Thoughtful attention to patriarchal relations in sexuality, specifically as it relates to the system of prostitution, is one such radical shift required for the fulfilment of dignity and gender equality. In fact, under patriarchy, we currently witness systems of commercial exploitation of women and girls being reframed as simply part of the market economy — the commercial sex industry — as if sexual slavery, inequality and gender-based violence are in some way extrinsic to this experience. The promotion of the commercial sex industry serves to legitimize prostitution, which is violence against women and girls.
Insights from the Special Rapporteur on the Sale of Children, Child Prostitution and Child Pornography in her report to the General Assembly (31 July 2015, A/70/222, Paragraph 30 & 31) bear out my point. “Sexual exploitation of girls is often rooted in patriarchal structures that promote male sexual domination and do not condemn the commercialization of girls and women. Culturally imposed feminine gender stereotypes also contribute to sexual exploitation of women and girls by placing them in the role of serving males, negating their ability to make decisions regarding their own sexual and reproductive life and making them prime targets for sexual violence.”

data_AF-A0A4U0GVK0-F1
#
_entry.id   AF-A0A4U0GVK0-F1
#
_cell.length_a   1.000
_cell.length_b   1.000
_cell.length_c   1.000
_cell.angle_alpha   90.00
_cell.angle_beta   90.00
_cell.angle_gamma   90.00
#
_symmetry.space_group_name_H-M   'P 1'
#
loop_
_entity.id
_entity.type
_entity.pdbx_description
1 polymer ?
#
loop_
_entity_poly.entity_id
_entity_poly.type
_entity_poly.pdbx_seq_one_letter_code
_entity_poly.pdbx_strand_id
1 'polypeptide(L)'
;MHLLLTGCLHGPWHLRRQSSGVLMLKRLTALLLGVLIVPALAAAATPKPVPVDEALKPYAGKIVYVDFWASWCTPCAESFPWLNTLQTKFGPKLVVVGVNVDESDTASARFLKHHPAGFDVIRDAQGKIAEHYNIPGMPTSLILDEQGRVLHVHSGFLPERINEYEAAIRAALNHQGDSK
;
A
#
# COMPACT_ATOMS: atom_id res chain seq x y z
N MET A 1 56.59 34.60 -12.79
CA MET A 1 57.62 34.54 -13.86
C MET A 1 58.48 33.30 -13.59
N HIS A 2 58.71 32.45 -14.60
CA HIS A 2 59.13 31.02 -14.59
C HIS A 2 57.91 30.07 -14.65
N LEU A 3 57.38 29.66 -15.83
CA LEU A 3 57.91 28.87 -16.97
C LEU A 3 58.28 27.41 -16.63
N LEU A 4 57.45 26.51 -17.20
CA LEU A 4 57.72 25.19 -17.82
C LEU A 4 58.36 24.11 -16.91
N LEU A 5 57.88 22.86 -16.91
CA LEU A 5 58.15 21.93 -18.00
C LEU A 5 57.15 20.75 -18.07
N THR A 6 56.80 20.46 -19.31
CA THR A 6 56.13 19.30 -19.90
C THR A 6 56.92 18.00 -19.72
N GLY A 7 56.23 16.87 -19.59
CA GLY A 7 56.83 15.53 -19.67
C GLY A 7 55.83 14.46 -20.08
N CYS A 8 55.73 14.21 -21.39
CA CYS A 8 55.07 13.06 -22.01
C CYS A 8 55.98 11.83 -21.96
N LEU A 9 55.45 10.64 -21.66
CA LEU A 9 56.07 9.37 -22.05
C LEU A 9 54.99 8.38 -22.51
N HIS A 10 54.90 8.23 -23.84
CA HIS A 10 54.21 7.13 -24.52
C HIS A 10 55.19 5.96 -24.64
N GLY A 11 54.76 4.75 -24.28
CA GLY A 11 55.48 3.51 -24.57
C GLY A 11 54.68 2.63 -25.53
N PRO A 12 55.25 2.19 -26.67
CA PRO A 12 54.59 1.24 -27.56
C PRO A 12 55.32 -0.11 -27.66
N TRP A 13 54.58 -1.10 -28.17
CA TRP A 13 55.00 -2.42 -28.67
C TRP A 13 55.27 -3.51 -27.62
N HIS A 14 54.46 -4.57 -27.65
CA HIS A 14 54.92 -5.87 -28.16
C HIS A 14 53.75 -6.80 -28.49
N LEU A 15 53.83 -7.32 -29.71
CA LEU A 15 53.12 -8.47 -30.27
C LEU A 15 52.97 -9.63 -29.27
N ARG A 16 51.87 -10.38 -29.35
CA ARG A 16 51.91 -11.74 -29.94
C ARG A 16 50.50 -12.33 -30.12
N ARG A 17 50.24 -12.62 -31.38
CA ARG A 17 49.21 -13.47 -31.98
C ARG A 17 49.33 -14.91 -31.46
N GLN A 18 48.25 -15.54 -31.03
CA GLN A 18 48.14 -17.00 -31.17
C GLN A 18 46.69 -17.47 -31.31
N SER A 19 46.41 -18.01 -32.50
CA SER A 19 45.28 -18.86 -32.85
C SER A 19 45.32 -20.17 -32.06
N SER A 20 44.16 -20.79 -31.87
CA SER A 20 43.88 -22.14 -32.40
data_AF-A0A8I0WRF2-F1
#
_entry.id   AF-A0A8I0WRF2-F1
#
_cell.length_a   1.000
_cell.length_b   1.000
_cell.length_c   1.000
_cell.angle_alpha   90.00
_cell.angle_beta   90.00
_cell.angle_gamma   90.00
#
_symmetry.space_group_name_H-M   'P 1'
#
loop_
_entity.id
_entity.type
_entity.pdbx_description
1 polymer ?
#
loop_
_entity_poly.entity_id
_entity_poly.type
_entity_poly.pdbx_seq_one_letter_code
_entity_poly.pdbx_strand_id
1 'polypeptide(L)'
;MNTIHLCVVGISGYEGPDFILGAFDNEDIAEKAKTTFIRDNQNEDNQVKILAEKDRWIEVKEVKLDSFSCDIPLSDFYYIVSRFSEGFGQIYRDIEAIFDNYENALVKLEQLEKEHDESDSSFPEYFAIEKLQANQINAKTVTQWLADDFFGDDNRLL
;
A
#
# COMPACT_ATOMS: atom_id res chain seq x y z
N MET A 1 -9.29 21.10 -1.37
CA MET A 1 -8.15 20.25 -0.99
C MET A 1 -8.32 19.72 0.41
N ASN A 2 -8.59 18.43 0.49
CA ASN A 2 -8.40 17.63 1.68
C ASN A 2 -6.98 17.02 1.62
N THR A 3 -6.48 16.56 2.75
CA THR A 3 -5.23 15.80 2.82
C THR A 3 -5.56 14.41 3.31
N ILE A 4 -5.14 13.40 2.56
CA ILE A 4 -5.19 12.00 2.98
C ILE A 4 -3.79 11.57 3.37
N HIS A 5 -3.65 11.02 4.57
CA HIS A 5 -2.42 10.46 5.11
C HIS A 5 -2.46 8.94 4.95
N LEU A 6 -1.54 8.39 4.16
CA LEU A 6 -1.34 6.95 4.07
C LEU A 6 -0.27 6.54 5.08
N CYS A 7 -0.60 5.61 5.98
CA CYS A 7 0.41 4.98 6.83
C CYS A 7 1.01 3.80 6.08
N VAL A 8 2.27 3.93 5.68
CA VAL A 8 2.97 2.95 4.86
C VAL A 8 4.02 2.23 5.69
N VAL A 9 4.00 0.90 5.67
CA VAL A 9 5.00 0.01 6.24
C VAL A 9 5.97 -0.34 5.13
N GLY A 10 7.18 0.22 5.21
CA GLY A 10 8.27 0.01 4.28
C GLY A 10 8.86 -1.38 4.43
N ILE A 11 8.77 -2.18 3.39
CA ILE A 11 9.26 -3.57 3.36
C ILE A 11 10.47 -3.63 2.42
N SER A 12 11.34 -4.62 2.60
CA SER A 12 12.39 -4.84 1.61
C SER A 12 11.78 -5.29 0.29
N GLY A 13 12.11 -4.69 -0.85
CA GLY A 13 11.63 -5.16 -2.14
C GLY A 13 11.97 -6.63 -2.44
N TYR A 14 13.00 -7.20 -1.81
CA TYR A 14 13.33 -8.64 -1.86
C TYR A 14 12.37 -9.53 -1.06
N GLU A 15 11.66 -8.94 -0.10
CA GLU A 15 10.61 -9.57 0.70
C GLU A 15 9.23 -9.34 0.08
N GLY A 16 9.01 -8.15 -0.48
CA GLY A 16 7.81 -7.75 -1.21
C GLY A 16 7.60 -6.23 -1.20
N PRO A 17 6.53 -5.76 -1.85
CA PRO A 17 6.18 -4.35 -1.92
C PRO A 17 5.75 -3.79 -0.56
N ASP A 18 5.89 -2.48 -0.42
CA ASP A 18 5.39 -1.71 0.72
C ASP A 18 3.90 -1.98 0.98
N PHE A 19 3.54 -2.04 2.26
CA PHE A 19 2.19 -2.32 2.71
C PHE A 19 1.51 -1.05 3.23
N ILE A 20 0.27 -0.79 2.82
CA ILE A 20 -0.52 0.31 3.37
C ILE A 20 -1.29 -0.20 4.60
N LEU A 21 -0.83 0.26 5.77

Gender-based discrimination and inequalities, patriarchal structures that promote male sexual domination, and culturally imposed feminine gender stereotypes all contribute to the sexual exploitation of women and girls. These discriminatory attitudes inherently demean women, permitting objectification and commercialization and infringing their rights and dignity. The feminization of poverty and global migration patterns also foster the continuance of the system of prostitution of women and girls, abandoned widows and their daughters being a particularly vulnerable group.